Rural California caregivers fight for fair contract
Henry Millstein / People's World

EUREKA, Calif, – Members and supporters of SEIU’s Local 2015 home caregivers in Humboldt County, California, went before the county Board of Supervisors to demand a fair contract.  Humboldt County is rural, the largest city being Eureka (population 27,000), about a five-hour drive north of San Francisco.

The caregivers serve low-income people, mostly seniors and disabled, unable to care for themselves. Some 2,000 people in the county are eligible for and need their services, but workers’ numbers are not sufficient to meet the needs of all those eligible. The caregivers are paid by a combination of Federal, state, and county funds. Although the county pays only 17% of their compensation, it is the county Board of Supervisors that sets their pay and the other provisions of their contract.

Several workers spoke of the difficulties of everyday life that they face given their meager compensation for a very demanding job. Under the current contract, union caregivers receive only fifty cents per hour over minimum wage—poverty-level wages even in rural California.

Only recently did they get overtime pay. They receive no pay for gas used to travel to the often remote areas where their clients reside, and they have no health or other benefits. Under such conditions, it is no wonder that 20% of caregivers say they would leave the industry if other opportunities turned up—which of course would cut down the already inadequate number of caregivers still further, leaving more people without adequate care.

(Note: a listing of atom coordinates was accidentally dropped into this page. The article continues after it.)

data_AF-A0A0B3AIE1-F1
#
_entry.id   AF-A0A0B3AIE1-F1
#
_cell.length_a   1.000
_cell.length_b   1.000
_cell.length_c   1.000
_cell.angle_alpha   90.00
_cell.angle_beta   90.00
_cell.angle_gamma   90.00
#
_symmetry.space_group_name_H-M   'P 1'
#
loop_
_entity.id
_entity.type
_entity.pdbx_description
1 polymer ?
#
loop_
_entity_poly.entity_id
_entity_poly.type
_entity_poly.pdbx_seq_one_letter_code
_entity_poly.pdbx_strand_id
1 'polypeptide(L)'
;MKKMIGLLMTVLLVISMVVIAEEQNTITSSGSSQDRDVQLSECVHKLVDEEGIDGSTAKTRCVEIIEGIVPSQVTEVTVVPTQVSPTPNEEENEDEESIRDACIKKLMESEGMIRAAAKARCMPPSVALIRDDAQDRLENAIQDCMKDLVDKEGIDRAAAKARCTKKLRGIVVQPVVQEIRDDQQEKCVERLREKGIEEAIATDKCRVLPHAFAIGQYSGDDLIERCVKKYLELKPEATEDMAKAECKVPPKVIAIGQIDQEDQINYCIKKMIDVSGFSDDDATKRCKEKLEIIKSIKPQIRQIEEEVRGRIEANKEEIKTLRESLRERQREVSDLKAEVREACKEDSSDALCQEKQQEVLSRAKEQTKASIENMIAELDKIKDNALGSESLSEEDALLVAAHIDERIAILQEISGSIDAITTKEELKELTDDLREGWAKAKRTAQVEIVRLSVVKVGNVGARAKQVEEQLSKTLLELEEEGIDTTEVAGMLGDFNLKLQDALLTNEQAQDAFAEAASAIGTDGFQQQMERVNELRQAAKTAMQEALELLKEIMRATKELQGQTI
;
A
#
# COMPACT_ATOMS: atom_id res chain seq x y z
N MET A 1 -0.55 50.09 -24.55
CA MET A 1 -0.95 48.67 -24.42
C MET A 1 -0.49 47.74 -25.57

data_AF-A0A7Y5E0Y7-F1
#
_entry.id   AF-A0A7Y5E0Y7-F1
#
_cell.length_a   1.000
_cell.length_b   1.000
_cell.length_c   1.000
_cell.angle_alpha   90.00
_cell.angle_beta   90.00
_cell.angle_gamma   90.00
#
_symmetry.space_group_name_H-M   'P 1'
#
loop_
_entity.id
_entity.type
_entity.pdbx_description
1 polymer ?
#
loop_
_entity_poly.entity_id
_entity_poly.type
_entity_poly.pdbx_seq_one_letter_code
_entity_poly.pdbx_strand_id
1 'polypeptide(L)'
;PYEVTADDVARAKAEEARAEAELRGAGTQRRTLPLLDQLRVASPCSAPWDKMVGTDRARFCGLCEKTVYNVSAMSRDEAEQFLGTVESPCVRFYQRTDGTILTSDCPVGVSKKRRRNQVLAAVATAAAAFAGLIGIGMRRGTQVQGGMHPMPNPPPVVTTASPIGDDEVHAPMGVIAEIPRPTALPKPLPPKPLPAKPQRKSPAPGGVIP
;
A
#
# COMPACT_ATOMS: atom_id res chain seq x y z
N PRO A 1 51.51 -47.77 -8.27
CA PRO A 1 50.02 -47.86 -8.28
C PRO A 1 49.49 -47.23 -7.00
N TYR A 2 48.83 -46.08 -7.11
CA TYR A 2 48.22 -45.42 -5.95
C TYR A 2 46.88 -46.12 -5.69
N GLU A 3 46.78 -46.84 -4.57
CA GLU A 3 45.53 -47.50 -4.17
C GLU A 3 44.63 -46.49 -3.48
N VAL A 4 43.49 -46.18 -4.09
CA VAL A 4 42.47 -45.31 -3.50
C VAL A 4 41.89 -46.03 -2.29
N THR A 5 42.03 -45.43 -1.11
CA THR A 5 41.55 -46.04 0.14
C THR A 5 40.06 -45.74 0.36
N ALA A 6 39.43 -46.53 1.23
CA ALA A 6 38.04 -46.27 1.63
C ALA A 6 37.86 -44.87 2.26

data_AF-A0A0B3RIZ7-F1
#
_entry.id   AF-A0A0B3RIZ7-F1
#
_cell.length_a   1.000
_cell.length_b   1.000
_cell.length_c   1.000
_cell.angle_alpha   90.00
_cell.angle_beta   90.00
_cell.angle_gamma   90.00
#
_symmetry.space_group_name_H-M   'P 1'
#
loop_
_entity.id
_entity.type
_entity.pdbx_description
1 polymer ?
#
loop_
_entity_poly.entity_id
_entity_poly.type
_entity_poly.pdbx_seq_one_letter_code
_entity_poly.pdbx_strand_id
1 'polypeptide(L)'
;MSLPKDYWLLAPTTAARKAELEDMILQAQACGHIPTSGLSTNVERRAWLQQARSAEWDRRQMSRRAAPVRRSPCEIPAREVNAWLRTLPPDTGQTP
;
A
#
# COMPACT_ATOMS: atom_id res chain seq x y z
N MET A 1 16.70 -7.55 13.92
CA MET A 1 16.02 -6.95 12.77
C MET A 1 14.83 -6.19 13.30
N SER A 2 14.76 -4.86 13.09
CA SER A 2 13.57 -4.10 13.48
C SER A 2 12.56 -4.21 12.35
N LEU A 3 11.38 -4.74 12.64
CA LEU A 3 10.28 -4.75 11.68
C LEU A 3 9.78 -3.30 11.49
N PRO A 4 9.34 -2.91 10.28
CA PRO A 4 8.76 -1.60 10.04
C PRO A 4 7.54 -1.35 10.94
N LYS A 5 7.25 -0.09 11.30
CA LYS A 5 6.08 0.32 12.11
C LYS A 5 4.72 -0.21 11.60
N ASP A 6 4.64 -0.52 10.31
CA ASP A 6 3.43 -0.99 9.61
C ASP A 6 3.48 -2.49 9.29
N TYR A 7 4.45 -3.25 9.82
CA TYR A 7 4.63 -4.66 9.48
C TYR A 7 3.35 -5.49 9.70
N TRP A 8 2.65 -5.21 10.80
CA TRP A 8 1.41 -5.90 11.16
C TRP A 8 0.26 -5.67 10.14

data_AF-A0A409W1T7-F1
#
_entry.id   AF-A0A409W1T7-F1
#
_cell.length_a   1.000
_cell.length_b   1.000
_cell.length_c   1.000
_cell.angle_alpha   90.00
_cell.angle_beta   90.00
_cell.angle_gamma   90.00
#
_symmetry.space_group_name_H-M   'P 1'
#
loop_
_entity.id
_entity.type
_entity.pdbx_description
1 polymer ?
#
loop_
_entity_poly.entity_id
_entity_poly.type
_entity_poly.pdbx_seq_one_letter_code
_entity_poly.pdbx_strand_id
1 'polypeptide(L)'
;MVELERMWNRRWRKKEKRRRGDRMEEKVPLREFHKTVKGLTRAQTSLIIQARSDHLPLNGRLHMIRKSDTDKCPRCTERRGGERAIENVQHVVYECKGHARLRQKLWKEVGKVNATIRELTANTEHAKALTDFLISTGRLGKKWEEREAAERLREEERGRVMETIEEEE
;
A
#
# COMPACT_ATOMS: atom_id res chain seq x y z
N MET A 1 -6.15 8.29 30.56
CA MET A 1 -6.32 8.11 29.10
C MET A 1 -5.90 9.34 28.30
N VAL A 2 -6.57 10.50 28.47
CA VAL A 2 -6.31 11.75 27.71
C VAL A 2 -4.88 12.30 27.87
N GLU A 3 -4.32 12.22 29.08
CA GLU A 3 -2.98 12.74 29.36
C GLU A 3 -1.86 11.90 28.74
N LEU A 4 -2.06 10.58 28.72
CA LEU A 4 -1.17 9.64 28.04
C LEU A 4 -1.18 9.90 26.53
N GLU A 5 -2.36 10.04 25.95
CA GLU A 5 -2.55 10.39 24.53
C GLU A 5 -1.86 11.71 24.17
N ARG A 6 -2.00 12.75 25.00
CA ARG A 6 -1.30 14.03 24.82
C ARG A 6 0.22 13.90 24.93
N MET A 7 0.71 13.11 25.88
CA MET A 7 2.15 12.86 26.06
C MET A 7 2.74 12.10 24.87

Vivian Deniston, SEIU 2015 vice-president for Region 6, comprising 13 mostly rural counties, points out that neighboring Trinity County, considerably poorer than Humboldt County, pays its SEIU 2015 members a dollar over minimum wage. The caregivers there and in Lake County, also quite poor, recently won a 65-cent-per-hour raise.

This writer told the Supervisors that his observations of the caregivers who cared for his parents’ home showed him that caregiving is a profession demanding considerable skill that deserves to be fairly compensated, not a job taken by people who can’t do anything else.

County supervisor Steve Madrone, recently re-elected to a second term on the Board of Supervisors, has been, according to Deniston, a consistent supporter of SEIU 2015 workers, and at least one newly-elected supervisor, Natalie Arroyo, is expected to be supportive also, so Deniston is optimistic about the prospects for a better contract. She and other SEIU leaders have urged supporters of the union and the essential services it provides to contact the Board of Supervisors to demand that they negotiate a fair contract for these workers so badly needed by many people in the county.


Henry Millstein
Henry Millstein

Hank Millstein is a long-time peace and labor activist. He's a fiction writer and journalist and a member of the National Writers Union.